Belfast Telegraph

Northern Ireland firm Diaceutics makes history as it joins junior stock market

From left, chief innovation officer Ryan Keeling, chief financial officer Philip White and CEO Peter Keeling
From left, chief innovation officer Ryan Keeling, chief financial officer Philip White and CEO Peter Keeling
Margaret Canning

By Margaret Canning

A Northern Ireland pharma firm has become the first business to float on the junior stock market this year.

Shares in Belfast-founded Diaceutics rose by 22% at the opening of the Alternative Investment Market (AIM) yesterday as it became the fourth company from here to be listed on the stock market.

The firm, which has offices in Belfast, Dundalk and Singapore, employing a total of 65 people, said its share rise implied a market capitalisation of £64.5m.

Diaceutics, which analyses data from patient records and insurance details for use in precision medicine, had raised more than £20m in advance of its initial public offering.

Around 21 institutional investors have signed up to back the company.

It provides services to 20 of the 30 largest pharmaceutical companies in the world.

Founder Peter Keeling, who lives in Belfast, said the advance fundraising had been more successful than anticipated.

"We thought we would only raise £11m, but investors spoke to us about wanting to make sure we had the best wind behind us, so they encouraged us to draw down extra funds," he added.

Diaceutics works with pharmaceutical companies to analyse de-identified data drawn from health insurance claims in the US and from clinical labs.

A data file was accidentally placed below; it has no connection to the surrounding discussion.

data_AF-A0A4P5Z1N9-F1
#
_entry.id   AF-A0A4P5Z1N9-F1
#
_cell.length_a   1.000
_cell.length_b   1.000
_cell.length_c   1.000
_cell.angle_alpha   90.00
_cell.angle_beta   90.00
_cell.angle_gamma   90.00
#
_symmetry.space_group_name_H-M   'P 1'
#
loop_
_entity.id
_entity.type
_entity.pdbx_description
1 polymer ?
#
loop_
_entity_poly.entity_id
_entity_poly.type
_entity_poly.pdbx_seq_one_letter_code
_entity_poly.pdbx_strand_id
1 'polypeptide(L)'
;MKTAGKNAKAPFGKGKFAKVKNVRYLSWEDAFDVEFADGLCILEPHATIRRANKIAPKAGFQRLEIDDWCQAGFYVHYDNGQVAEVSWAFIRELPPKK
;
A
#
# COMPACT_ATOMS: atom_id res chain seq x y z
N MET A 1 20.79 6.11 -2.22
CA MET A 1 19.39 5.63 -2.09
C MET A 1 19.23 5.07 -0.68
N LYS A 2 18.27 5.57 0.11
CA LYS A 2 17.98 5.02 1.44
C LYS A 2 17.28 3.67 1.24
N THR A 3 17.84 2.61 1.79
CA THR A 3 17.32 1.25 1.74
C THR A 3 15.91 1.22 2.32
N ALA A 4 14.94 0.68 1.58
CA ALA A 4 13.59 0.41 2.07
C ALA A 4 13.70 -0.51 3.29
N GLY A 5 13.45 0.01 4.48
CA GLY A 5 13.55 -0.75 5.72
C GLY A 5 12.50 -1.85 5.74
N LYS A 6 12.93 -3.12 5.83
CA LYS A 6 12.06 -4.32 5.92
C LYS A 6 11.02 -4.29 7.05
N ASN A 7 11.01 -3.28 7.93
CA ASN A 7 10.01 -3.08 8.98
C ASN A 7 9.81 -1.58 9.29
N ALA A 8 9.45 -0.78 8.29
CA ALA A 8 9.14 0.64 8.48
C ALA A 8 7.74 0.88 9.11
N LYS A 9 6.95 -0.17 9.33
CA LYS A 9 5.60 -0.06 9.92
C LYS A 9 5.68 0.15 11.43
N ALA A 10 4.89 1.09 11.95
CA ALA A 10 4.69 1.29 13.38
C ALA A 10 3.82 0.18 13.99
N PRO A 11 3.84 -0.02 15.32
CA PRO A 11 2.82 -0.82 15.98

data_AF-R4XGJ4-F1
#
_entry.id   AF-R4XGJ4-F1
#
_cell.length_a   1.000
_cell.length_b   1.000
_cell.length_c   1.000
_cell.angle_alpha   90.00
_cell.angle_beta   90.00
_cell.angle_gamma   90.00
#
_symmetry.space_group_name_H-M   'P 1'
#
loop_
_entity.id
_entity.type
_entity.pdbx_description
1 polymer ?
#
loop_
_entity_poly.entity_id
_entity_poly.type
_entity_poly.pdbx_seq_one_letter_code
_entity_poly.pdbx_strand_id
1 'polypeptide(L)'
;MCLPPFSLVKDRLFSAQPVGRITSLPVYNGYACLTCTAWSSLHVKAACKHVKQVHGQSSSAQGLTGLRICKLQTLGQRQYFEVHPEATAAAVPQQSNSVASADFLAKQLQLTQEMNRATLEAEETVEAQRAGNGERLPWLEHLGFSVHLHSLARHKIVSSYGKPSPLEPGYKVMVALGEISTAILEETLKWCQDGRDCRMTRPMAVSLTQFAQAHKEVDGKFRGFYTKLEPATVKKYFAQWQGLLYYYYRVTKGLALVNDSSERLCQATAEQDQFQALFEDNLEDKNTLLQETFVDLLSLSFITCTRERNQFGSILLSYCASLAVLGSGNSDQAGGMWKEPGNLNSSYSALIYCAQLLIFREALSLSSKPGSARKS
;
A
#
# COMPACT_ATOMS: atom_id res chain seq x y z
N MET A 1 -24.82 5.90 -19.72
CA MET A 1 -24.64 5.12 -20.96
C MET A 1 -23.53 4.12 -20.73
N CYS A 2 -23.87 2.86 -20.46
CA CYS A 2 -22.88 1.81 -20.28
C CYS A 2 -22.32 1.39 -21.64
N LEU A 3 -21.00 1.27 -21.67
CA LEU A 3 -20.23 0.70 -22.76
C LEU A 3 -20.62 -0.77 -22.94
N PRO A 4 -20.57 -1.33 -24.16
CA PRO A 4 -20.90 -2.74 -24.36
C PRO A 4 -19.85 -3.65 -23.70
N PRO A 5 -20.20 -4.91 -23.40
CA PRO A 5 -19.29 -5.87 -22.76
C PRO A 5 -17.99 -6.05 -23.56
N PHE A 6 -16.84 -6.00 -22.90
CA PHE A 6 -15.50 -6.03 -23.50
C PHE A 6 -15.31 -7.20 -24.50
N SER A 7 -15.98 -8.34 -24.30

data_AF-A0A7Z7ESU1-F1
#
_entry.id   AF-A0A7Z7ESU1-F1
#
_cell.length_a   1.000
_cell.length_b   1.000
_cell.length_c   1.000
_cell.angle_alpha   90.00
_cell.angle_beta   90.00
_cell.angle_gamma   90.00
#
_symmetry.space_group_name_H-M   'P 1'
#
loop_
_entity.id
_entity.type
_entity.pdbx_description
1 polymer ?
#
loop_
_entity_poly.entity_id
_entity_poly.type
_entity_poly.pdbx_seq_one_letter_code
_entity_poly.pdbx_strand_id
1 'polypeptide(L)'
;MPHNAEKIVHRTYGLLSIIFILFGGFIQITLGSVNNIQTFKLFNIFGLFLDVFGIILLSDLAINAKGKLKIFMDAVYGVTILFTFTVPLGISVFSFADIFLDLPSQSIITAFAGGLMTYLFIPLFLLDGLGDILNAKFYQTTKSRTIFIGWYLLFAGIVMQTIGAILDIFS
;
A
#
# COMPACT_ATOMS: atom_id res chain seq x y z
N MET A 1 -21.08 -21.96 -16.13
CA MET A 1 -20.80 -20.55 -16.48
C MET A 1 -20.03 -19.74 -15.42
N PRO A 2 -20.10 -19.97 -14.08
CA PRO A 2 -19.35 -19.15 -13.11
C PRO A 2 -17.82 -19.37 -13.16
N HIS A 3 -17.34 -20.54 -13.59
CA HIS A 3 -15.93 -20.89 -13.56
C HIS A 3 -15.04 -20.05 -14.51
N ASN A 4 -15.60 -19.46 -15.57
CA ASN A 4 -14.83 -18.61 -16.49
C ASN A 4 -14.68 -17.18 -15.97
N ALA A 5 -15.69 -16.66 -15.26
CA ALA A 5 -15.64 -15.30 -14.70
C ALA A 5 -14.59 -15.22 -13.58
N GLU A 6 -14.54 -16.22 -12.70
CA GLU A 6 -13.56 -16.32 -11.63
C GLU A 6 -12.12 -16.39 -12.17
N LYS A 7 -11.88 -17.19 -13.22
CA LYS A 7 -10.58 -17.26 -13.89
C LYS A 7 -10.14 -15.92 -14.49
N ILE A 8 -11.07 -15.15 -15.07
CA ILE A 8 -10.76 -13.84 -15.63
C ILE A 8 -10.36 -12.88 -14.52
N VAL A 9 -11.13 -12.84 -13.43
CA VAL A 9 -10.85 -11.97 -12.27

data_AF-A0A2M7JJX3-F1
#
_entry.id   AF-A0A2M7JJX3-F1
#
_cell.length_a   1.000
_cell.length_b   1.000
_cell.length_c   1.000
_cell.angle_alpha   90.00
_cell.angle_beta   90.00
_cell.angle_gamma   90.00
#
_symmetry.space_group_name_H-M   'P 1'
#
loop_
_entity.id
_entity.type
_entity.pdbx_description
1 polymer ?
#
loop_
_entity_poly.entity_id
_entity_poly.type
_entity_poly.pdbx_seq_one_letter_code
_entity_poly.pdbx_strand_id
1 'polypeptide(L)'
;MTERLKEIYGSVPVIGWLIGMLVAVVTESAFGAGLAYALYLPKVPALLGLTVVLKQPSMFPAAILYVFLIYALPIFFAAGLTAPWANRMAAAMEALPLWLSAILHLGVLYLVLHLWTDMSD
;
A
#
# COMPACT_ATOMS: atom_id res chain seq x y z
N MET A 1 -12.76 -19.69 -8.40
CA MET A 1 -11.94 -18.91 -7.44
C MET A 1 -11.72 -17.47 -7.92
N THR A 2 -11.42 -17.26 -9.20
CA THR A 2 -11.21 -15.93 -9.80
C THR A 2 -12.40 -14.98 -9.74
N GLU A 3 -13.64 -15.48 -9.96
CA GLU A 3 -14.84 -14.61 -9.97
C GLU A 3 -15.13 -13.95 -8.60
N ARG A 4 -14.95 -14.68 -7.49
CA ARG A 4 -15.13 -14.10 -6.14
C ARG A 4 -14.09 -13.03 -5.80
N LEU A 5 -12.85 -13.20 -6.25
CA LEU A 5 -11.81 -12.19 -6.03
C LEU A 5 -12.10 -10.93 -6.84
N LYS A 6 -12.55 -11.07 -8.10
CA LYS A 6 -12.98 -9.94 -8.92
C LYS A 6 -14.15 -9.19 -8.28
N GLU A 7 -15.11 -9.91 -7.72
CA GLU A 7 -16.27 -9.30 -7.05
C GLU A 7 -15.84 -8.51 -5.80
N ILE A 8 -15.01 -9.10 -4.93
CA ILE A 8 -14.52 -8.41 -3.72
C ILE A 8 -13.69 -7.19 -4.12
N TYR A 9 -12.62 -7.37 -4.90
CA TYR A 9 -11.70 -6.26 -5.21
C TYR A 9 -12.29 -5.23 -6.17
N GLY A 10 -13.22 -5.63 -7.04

It has worked to treat many forms of cancer as well as tuberculosis and hepatitis.

The firm's findings can be used to find gaps in treatments so that future treatments can be targeted more efficiently.

Mr Keeling said the precision medicine sector in which the firm operates was a strong one.

"It seems strange to do this within the midst of Brexit, but the success speaks to the strength of Diaceutics, and we are the first AIM initial public offering (IPO) of the year so far.

"Other people were wary of bringing forward an IPO, but people told us, 'Your story is good. Go through the various regulatory and compliance processes and we'll support you'.

"So, it's huge for Diaceutics and big for us in Northern Ireland as there's been four listings from Northern Ireland in the recent past."

Mr Keeling said the company was quickly outgrowing its Belfast home at offices in Adelaide Street. And he added he expected future growth would fuel expansion at all its sites.

The firm may also list on the Irish Stock Exchange in future and have dual-listing status.

Diaceutics has joined two other Northern Ireland firms on the AIM - First Derivatives and Fusion Antibodies. Belfast-based IT firm Kainos is listed on the main stock exchange.

Belfast Telegraph

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